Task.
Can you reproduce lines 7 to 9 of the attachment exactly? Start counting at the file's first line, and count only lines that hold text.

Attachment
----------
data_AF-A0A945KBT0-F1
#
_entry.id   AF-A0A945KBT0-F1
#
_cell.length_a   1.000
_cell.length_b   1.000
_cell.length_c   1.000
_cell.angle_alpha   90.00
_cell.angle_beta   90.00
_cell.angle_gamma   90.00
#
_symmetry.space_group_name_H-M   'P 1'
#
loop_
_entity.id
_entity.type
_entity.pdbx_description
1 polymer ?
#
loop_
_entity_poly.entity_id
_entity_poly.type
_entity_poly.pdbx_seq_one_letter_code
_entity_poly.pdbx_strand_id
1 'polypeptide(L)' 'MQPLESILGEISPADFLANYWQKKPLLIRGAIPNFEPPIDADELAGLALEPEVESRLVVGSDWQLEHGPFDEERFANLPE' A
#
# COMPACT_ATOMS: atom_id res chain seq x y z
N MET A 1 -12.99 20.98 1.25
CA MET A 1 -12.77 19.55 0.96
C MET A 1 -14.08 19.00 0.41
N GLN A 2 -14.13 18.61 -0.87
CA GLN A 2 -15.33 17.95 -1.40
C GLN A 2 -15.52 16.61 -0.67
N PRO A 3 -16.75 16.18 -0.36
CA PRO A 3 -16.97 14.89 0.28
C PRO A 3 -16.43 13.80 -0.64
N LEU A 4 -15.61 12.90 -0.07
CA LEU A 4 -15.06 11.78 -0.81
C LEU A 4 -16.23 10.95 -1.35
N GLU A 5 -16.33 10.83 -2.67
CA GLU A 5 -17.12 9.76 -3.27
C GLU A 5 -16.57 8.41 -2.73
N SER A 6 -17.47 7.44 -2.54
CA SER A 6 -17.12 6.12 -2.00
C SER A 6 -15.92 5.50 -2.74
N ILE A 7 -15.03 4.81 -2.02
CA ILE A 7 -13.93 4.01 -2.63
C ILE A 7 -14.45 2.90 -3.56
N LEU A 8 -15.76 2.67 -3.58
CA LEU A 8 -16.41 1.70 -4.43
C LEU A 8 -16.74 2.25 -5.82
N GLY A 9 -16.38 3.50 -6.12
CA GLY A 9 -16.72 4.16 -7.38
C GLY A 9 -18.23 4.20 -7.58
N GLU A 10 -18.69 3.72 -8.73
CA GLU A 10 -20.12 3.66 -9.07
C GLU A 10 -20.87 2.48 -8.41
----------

_cell.length_c   1.000
_cell.angle_alpha   90.00
_cell.angle_beta   90.00